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Tuesday, October 21, 2014

Manliness and Manitude (pt 1) in Kathryn Bigelow and Mark Boal's Hurt Locker

Someone said she wouldn't read a book without females. Dave Wolverton suggests you populate your stories with a maximum of character types to maximize your audience. No doubt that's true, but life happens outside mixed groups, and fiction can get interesting when the focus narrows.

Bigelow and Boal's Hurt Locker tells (yes, there will be spoilers, so go watch it) with a three-man EOD team or a bomb diffusing squad.

Death: Amazingly, they toss big actors Guy Pearce and Ralph Fienes, and we the audience believe they'll be around for awhile. Boom. Nope. They want you to think this is life and death. The people you're used to rooting for, can die. That's war.... But it's also something that fascinates men--violence, death, honor, codes of conduct.

Violence, Honor, Codes of Conduct: The lead, Sergeant First Class William James [Jeremy Renner], takes an unnecessary risk with the smoke screen, which I doubt this character would take. It seems to me likely he'd take risks to defuse bombs, but not stop his mates from helping (unless he has reasoning we're not privy to). So in this case, we agree when Sergeant J. T. Sanborn [Anthony Mackie] punches James in the gut.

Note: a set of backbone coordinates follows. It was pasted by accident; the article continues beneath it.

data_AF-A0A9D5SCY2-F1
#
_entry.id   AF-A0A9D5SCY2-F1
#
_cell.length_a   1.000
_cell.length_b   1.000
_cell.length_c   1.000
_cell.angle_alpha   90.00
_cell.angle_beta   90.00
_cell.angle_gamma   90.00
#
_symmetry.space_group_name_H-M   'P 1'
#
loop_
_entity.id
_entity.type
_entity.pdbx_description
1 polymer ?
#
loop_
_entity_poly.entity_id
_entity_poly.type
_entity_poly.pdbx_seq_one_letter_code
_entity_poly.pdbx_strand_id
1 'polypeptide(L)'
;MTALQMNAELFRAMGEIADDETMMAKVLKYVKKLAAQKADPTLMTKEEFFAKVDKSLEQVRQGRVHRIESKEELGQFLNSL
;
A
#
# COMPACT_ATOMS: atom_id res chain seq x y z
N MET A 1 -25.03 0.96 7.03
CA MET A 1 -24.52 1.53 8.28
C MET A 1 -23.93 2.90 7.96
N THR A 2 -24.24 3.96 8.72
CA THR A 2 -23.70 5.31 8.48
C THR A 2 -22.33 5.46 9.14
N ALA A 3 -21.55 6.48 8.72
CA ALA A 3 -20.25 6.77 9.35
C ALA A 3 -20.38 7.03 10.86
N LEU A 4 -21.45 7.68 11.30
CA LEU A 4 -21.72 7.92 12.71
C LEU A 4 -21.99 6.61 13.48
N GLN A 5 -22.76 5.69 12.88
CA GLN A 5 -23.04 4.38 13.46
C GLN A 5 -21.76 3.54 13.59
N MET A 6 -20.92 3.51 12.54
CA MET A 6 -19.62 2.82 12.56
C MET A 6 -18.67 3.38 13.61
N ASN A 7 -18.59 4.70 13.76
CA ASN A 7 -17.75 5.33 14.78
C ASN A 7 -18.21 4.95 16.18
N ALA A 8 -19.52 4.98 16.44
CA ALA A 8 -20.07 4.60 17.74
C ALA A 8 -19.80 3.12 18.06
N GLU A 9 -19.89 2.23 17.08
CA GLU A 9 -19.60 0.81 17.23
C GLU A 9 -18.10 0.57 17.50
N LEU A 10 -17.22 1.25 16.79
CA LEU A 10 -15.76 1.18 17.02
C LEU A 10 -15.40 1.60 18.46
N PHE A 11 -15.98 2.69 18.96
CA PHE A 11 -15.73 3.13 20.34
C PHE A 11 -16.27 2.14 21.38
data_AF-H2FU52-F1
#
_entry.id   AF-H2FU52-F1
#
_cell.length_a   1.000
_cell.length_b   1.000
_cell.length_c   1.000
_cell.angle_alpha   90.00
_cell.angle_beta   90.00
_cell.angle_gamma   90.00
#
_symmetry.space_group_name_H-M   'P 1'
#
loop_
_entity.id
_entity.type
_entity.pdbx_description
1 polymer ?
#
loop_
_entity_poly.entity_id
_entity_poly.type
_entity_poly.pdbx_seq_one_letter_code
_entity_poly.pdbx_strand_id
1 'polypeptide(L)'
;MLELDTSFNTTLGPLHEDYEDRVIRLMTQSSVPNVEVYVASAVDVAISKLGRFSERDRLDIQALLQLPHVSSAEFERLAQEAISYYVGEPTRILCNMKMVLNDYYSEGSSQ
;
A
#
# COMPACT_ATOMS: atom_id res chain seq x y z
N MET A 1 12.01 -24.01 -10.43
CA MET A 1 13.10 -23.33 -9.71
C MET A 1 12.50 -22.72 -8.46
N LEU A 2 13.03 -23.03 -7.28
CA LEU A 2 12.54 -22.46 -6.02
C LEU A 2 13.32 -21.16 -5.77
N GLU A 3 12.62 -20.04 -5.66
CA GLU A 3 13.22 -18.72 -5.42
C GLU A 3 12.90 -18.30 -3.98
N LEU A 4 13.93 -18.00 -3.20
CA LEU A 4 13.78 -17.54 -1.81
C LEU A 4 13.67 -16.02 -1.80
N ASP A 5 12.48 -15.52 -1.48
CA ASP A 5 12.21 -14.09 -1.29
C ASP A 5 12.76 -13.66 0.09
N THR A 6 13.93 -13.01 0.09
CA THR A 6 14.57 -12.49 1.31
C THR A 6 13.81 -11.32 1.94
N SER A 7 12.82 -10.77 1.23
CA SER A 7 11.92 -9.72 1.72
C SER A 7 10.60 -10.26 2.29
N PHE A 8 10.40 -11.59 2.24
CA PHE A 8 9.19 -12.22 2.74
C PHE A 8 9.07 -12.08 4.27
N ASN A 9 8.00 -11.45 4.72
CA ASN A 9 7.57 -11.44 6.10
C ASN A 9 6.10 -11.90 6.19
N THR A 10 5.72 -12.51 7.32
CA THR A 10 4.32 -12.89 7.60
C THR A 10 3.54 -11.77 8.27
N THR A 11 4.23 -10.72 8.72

Violence, Honor, Codes of Conduct: Of course, not all men are equally drawn to these subjects, but most of us are to a degree or are fascinated by other men's fascination. The scene involving traded gut-punches evoked memories. One young wanted a group of us guys to organize wrestling matches. When I broke my arm playing rugby, he urged me to play again, with the broken limb. A river, inner-tube trip with another group of guys ended up in an impromptu mud-wrestling match. You play or you're a spoil sport. Or say, the pointless grade-school fight (started by someone claiming I said something I had not--someone bored, no doubt) ended up in friendship afterwards.

A Man's Life: We wind up focused on one man's life, William James (perhaps named after the famed 19th century philosopher/psychologist). He befriends a lad, threatening his life one minute, then saying he's joking the next, proving the joke by buying things from the kid and giving him bonuses (earned by defending James's terrible soccer kick). When James find a dead kid looking like the kid he befriended, he must avenge the kid's life, as if the kid were his own. He holds the man for whom the boy works. He interrogates a family. He shoots down three men in the street, one of whom is part of his EOD team. And it turns out James misidentified the kid.

When James goes home to the States, he tells his baby boy (not his wife) that for men all the things in life you love whittles down to one or two things. For him, there's only one. He returns to Iraq for another tour.

Part 2 regarding Michael Chabon's "Along the Frontage Road" appears here.

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